Some of the most notable and devastating disasters in the country include the collapse of the guest house of the Synagogue Church of All Nations in 2014 that killed at least 115 people of which 84 of them were South Africans. It was also noted that the country reported 27 cases of building collapse in 2015 with no fewer than 175 deaths recorded. In 2019, another three-story building in the Ita-Faaji area in Lagos Island collapsed which resulted in the death of about 20 people including primary school pupils.
Building collapses are common in Lagos and hardly a year passes by without cases and each time it results in the loss of many lives. For instance, it was reported that 115 buildings, mostly residential, collapsed in Lagos between 2005 and 2016. And about 4,000 families have been left homeless and traumatized. In addition, out of 152 buildings that collapsed in Lagos between 2005 and 2020, 76.6% were residential, 13% were commercial and 9.4% were institutional and Most of them are typically multi-storey buildings.
Many of the documented cases of building collapse in Nigeria are due to the use of defective or substandard building materials, lack of requisite technical knowledge, non-adherence to building codes, standards and regulations, lack of maintenance, use of non-professionals and the high level of corruption which has ravaged every sphere of the construction industry including government and private parastatals.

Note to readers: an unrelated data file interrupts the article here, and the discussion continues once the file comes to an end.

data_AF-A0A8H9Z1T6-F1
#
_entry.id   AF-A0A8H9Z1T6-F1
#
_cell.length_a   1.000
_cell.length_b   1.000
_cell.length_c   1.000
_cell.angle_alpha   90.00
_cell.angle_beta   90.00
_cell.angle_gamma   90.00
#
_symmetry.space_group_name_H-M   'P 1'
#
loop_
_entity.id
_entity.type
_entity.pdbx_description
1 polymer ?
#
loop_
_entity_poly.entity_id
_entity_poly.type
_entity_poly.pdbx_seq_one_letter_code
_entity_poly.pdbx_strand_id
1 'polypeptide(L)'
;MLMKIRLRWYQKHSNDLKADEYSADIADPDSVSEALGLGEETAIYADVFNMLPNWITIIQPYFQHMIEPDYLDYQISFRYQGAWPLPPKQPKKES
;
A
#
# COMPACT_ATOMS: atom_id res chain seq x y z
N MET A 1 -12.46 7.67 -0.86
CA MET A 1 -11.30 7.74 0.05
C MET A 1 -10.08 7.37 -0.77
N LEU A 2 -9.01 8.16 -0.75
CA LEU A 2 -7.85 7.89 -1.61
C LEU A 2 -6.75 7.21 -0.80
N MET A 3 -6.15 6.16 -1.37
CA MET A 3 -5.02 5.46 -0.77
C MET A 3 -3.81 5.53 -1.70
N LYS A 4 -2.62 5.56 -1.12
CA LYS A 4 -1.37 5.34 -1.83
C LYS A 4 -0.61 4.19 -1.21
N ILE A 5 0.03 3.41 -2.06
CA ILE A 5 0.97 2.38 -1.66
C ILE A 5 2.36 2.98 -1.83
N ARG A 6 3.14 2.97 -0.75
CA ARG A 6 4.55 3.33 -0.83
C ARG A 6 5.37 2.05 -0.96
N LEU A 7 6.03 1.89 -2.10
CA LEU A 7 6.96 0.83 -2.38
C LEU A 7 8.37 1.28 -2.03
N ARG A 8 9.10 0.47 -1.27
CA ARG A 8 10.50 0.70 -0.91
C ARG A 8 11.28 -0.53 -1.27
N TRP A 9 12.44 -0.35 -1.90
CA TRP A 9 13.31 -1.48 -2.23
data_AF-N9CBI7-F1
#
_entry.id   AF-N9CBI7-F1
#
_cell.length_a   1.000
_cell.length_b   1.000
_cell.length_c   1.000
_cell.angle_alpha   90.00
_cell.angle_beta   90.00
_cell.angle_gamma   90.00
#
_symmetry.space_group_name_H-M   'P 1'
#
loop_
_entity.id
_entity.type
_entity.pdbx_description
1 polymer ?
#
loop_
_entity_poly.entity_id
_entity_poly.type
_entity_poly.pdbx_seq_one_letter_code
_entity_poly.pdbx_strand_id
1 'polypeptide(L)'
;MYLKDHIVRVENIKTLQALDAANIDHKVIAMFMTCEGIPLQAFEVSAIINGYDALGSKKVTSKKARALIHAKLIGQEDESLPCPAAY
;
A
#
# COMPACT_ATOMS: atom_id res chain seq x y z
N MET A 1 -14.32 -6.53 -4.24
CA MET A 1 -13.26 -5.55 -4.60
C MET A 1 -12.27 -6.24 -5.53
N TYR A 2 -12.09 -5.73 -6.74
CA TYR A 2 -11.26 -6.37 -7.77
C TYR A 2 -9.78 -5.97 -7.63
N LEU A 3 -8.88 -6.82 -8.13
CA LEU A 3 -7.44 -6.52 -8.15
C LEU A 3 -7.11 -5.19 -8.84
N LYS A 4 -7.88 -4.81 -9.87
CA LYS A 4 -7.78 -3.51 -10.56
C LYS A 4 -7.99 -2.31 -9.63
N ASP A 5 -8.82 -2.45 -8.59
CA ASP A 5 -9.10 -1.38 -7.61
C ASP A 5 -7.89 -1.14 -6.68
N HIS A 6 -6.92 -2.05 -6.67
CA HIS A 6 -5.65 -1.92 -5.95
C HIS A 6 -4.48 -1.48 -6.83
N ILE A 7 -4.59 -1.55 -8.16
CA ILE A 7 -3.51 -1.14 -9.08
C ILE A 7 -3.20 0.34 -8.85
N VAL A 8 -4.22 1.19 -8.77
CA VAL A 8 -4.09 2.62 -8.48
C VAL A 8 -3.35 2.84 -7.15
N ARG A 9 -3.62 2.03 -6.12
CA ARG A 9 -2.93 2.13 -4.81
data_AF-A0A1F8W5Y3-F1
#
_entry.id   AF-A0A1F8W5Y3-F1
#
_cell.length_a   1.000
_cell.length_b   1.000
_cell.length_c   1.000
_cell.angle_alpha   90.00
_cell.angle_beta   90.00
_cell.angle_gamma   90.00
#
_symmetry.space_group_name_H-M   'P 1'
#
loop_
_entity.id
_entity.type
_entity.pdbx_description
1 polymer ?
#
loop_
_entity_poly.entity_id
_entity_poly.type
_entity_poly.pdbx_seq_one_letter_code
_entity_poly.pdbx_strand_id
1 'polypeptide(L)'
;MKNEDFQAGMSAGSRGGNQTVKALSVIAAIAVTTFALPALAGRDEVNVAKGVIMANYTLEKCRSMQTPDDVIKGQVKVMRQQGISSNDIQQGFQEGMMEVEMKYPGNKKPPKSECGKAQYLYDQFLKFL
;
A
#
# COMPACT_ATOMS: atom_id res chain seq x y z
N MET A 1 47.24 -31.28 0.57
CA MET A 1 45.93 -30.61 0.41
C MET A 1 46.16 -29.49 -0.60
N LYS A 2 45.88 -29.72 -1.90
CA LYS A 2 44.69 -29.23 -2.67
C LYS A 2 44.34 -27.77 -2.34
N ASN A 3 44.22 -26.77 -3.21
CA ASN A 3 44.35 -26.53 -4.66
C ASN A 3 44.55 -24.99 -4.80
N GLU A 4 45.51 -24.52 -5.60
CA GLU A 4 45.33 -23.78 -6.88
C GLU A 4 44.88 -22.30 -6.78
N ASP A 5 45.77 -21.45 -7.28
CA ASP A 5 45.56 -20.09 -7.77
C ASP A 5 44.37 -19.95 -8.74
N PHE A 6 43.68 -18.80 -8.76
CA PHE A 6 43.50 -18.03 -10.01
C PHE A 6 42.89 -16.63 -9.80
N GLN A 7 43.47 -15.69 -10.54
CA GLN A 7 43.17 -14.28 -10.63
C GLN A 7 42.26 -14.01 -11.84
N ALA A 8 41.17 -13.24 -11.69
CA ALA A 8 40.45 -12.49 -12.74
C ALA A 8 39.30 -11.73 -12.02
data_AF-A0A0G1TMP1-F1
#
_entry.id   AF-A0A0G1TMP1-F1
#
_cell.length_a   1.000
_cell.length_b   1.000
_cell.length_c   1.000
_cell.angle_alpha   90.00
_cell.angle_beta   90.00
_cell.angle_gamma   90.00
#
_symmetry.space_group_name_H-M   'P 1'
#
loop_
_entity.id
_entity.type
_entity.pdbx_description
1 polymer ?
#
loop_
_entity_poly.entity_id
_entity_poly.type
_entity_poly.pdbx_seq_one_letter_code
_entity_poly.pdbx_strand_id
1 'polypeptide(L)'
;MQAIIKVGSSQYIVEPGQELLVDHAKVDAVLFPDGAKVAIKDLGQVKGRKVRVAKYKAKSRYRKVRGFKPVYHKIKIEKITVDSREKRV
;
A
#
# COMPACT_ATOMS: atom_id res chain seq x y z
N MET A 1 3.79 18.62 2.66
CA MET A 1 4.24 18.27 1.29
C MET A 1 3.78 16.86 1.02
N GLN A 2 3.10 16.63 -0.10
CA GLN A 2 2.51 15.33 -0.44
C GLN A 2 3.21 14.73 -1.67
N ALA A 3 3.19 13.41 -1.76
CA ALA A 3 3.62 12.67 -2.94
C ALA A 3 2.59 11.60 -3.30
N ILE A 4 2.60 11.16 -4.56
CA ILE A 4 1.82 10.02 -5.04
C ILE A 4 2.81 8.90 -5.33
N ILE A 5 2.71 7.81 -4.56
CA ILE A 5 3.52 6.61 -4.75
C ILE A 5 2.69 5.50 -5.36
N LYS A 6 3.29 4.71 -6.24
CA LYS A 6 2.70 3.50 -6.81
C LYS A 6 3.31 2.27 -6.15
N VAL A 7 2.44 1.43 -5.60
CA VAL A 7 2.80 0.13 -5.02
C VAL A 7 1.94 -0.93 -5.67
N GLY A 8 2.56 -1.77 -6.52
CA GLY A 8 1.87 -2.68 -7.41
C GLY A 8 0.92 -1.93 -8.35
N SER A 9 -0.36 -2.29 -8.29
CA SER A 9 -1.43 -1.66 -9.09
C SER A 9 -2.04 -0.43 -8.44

In addition to the established causes of the collapse of structures, empirical data from developed countries of the world has shown that many of the recorded cases in this climes are due to the fact that the current codes of practice do not make provisions for unexpected loads and an unexpected failure of a single member may lead to an all-round collapse of the entire structure.
Generally, citizens, building professionals and government must take a step in order to prevent the common problem of building collapse in Lagos, and Nigeria at large. The responsible government agencies and professional bodies must create awareness of the need to obtain planning permission before building. They must also insist on the need to engage professionals in the construction of buildings.
State governments must fund all the agencies in charge of building. They must also ensure that capable and qualified professionals are employed to ensure implementation of building code regulations. This would go a long way towards effective and efficient building development in the entire country.
Finally, in the recent Ikoyi event where the state government claimed that the owner of the building was granted permission to build only 15-storey structure but went ahead and built up to 21, punishment such as heavy fines, forfeiture of property and jail terms should be meted out to any professionals or property owners who contravene building control regulations or engage in unethical practices that could lead to the collapse of buildings. Erring individuals should also be made to fully compensate victims in the event of building collapse.
Mukhtar is a Staff Writer with the Emergency Digest